My mom had me go to swim lessons when I was four years old. Because she didn’t learn to swim until she was an adult as her mom was afraid of water even in a bathtub. She wanted to make sure my sisters and I could swim and not be afraid like she was growing up. 

My first lesson I was happily splashing in the water and got yelled at by the teacher because I guess I wasn’t taking it too seriously. Also, I accidentally splashed water in another kid’s eyes. Story of my life. The important thing is I eventually learned to swim. 

If only knowing how to swim was enough to feel comfortable in the water. When men start to sexualize your developing body at swimming pools and you feel disconnected from your body anyway, knowing how to swim isn’t enough. It felt like learning to swim and drowning anyway. In the words of Wrabel’s song “The Village,” There’s something wrong with the village, with the village.”  It was never my fault that I could swim but would drown anyway. My cousin once held me under the water just to prove a point and I came up gasping for breath. That’s how it always felt when I was around water. And yet, I was home there. 

One time when I was also around 4 or 5 our neighbors came over to have dinner with us and we had a really big kiddie pool in our backyard. Our neighbors had two boys, the oldest of which I looked up to very much and was in upper elementary school. He ran outside and threw off his shirt and jumped in the pool. I threw off my shirt too and tried to jump in the pool. My mother and his mother looked at me horrified and tried to explain why it was ok for him to take off his shirt and just have swim trunks but not for me, as a preschooler who was AFAB. I never forgot that moment and it was one of those reminders that something about my gender had to be presented differently than those categorized as “boys.” 

So I’m going to add this note from watching my wife train for a triathlon:


Having some thoughts about queer folx and black women teaching each other to swim. It’s kinda beautiful. The kingdom of god looks like this. I’ll have to develop this thought later but I just have this vision of a community of people who treat each other with equality and inclusion. And take care of one another well. That is the kingdom of God. And that is God’s kingdom come to earth right now. We don’t have to wait for it. The kingdom of God can be and is happening right now. 

Watching folx finally feel safe in the water and learning how to swim without judgment drowning them out is beautiful. Almost too beautiful for words, but I’ll keep trying. Feeling safe enough to swim is a skill I haven’t learned yet. I long for that moment. I long to feel safe in my own skin and safe in the water again. The water has always drawn me towards it as something that’s a part of me. I could stare at the ocean for hours. Maybe it’s because my sign is Cancer. Or because there’s something about a vast body of water that makes me feel connected to everything alive around me. Either way, I can’t wait to feel safe enough to swim and not drown.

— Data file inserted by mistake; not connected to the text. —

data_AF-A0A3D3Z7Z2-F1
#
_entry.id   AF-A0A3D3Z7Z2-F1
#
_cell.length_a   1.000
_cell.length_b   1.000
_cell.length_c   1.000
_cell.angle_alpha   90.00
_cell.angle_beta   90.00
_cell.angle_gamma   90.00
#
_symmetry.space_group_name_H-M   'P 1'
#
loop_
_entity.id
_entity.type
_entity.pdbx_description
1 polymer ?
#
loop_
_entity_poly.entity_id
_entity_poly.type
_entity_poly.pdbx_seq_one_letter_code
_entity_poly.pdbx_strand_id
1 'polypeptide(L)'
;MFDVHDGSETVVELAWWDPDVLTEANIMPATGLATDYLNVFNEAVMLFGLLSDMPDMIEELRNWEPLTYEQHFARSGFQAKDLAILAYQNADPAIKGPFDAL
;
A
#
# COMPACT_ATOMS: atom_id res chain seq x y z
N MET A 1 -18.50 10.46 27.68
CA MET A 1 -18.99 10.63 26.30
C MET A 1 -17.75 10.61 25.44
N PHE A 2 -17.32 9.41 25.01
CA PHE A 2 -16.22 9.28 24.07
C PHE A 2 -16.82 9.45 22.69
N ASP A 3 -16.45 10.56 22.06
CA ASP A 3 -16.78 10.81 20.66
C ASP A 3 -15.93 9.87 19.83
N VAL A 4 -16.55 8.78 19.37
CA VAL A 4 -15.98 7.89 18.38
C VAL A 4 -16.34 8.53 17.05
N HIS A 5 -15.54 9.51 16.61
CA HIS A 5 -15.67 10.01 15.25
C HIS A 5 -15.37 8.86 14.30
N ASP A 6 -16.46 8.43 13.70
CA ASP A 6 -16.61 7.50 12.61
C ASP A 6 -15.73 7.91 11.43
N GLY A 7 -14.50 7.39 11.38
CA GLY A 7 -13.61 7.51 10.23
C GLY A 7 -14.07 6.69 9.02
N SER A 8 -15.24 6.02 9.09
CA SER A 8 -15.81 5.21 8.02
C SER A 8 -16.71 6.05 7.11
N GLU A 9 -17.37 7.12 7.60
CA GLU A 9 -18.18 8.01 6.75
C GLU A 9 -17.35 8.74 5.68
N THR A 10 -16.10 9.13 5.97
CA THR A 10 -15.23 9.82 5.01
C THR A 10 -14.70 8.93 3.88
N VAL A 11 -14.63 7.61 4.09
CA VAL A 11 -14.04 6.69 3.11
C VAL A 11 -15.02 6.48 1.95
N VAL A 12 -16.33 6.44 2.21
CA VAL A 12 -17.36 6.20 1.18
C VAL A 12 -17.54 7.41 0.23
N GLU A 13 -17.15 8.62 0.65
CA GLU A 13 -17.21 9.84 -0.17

~~~ Blood ~~~


Today my parents have been married thirty four years. They actually got married on a Monday February 10, 1986. This was purely spur of the moment. They way they tell it, they were engaged but hadn’t decided when they wanted to get married. My dad called my mom that Monday morning and asked if she wanted to get married that day, she responded, much to his surprise, by answering yes! Let’s do it. 

They were married later that afternoon at a private ceremony at the church I grew up attending. Only family were present. 

It is not an accomplishment to be married thirty four years when it is your only option because divorce is considered sinful in 99.9 % of situations. It is not an accomplishment to be married thirty four years when the woman in the marriage has virtually no autonomy or agency. It is not an accomplishment to be married thirty four years if you believe you have no other choice. 

It is not an accomplishment to be married thirty four years. 

It is an accomplishment however negative to manage to acknowledge your other two children’s marriages to heterosexual norms and not acknowledge your oldest child’s marriage because they happen to be queer. So this year, I choose not to send my parents an anniversary card or gift. I don’t even remember if I sent one last year. Not that it matters. 

I share these two stories to say that the phrase “blood is thicker than water” is bullshit if it only refers to biological family. The family I was born into may be “blood” but they are certainly not the family I claim now. They certainly think they claim me by blood but do not treat me with full acceptance. 

“Blood is thicker than water” for me means that those who are meant to be my family regardless of what happens. My chosen family bonds are much stronger and have always been stronger than my biological ones. For this I am grateful beyond words. It is to this family that I write these stories. And it is to this family that I am accountable. 

This will be a story of queerness and love. It is a story of belonging to each other when we have been kicked out elsewhere. This is my story. But it is also yours.